Which is a better idea for UCI — a science library or a football team? When push came to shove, the decision was made to build a new science library on campus, and it is now one of the best in the country. This has made a huge impact on academics at UCI. Some students, however, complain that their school doesn’t have a team. They feel that having a team would improve the UCI experience and make weekends more exciting on campus. Football is a great sport, but when it comes to the issue of bringing a team to UCI, the costs outweigh the benefits.
The most obvious reason to avoid starting a football program is the cost. It would be terribly expensive at first, and it is difficult to say where the money would come from if not from the pockets of students, parents and taxpayers. In an era of constantly rising tuition costs and student fees, adding an expensive sports program should be the last thing on the agenda. If anything new is going to be funded during this time of recession and state budget problems, it needs to have a direct positive effect on the quality of academic education at UCI. A perfect example: UCI’s new law school, a great decision and a justifiable expenditure even given the current budget situation.
Just imagine the financial burden of starting a football program. Football teams need coaches, uniforms, equipment and a stadium. There are a myriad of costs associated with traveling to and from away games. It just is not the time to even consider this as an option for UCI.
Those who claim that a football team would improve the UCI campus experience are correct. It absolutely would — but it would come at a very high price, and it just isn’t worth it, at least not right now.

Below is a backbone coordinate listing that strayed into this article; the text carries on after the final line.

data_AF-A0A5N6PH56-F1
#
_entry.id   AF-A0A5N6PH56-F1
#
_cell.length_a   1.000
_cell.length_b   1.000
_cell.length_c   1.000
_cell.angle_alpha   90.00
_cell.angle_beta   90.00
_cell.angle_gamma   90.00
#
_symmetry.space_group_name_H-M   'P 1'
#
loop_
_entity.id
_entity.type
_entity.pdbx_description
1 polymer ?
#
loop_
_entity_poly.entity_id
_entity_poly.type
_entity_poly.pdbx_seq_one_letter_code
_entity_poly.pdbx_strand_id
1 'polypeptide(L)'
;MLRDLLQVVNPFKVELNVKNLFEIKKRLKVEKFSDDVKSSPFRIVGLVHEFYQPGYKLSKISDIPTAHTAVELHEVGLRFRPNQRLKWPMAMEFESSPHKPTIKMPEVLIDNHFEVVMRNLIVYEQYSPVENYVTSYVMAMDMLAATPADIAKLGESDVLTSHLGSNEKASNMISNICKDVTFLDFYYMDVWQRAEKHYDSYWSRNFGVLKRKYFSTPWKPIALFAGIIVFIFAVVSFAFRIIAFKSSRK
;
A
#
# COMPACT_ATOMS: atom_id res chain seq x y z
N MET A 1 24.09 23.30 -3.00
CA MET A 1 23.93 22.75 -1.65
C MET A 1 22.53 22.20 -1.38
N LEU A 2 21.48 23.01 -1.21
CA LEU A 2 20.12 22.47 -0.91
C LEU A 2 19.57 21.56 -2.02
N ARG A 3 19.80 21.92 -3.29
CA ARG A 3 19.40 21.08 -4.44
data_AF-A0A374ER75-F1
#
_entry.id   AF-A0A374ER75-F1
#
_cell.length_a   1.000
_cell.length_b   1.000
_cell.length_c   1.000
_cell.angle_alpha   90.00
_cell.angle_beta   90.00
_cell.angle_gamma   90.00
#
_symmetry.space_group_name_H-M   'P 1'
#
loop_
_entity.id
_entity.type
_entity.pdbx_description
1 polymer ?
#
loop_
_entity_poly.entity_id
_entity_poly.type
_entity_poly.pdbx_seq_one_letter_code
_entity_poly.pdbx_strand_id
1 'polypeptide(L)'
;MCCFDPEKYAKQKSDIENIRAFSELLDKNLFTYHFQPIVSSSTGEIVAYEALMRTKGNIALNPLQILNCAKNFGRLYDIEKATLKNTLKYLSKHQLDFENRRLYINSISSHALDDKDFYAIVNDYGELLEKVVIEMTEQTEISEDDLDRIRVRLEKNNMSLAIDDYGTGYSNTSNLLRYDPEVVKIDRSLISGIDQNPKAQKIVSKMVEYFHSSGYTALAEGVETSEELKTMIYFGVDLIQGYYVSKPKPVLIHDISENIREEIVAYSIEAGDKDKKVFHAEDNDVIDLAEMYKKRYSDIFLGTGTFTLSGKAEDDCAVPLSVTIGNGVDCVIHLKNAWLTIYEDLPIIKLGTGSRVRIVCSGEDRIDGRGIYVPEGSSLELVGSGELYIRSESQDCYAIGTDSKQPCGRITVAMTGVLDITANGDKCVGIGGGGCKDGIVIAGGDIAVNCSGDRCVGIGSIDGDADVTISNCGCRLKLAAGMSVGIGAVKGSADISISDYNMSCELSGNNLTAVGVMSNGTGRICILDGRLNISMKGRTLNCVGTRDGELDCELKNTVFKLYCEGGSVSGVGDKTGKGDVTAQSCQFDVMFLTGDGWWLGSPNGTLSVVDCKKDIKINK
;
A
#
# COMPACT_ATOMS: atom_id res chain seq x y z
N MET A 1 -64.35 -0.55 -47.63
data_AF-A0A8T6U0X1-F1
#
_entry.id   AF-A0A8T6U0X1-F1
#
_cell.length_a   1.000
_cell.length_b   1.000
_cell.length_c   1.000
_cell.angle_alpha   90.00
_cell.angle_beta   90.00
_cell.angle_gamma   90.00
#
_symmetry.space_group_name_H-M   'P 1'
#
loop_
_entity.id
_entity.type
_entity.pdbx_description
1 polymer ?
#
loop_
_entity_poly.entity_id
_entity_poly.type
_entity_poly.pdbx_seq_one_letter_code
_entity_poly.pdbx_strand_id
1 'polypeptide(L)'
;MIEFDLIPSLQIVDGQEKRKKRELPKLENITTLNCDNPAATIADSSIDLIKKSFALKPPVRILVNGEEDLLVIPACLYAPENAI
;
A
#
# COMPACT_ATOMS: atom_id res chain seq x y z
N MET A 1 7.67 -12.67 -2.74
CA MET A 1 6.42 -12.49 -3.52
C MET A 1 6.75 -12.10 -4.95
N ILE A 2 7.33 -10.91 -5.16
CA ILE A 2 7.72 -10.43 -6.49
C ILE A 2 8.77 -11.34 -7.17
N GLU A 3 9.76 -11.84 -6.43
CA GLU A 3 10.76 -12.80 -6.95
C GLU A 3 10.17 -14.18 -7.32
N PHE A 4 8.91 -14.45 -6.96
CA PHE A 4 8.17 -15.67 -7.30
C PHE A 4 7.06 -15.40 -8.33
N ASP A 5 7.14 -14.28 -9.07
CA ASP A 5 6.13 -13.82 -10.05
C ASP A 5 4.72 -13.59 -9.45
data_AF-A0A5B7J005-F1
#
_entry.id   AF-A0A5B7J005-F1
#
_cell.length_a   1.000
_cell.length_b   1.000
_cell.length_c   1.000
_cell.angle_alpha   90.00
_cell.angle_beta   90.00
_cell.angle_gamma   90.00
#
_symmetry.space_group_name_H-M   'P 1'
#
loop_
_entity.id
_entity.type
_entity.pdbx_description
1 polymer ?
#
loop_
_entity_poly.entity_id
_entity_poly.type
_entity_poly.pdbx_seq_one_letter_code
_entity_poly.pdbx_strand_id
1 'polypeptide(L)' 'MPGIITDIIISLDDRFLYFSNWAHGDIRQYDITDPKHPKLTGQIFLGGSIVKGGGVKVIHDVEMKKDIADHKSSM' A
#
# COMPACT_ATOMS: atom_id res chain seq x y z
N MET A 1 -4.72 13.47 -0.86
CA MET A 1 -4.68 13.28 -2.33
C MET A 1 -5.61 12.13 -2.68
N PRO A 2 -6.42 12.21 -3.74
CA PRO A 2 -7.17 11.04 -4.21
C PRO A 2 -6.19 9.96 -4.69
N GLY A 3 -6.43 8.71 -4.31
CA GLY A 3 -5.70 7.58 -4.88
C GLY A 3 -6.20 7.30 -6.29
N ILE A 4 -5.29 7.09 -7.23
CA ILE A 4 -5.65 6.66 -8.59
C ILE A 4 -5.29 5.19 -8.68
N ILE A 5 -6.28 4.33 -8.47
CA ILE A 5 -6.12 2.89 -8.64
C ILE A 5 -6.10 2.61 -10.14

Some students cite the lack of a football team as their reason for not having school spirit. These students should get more involved in UCI’s other sports programs, many of which are nationally ranked and have brought home championships. Our baseball, soccer, water polo and volleyball programs have consistently been exceptional.
Furthermore, brand new football programs typically go years without finding success or even having a winning season. My school spirit is more affected by taking pride in the achievements of our outstanding existing teams than it would be by adding a lackluster football team. Attending football games between the Anteaters and teams nobody has ever heard of just doesn’t sound appealing.
On to more practical matters: How many students would actually go to games? UCI is commonly thought of as a “commuter school.” Whether or not this is true, it is well known that many students live off campus or go home on weekends. Would football games be enough to change that? Many students know that traffic around on-campus housing is very minimal on weekends. Nobody is here.
Besides, UCI students are already notorious for staying home and studying during the best activities put on by the school. It is not clear that students would change their plans and stick around to go to football games. UCI students should first demonstrate the ability to fill 5,000 seats at men’s basketball games before even fathoming filling football stadiums that hold attendances at least four times that amount.
For those that do feel a need to attend football games to get the complete college experience, transfer applications are available in November. Everyone that attends UCI had a choice, and they chose to come here for school. Take pride in the school’s exceptional achievements, academically and athletically.
Rip ‘em ’Eaters!
Filed Under: Sports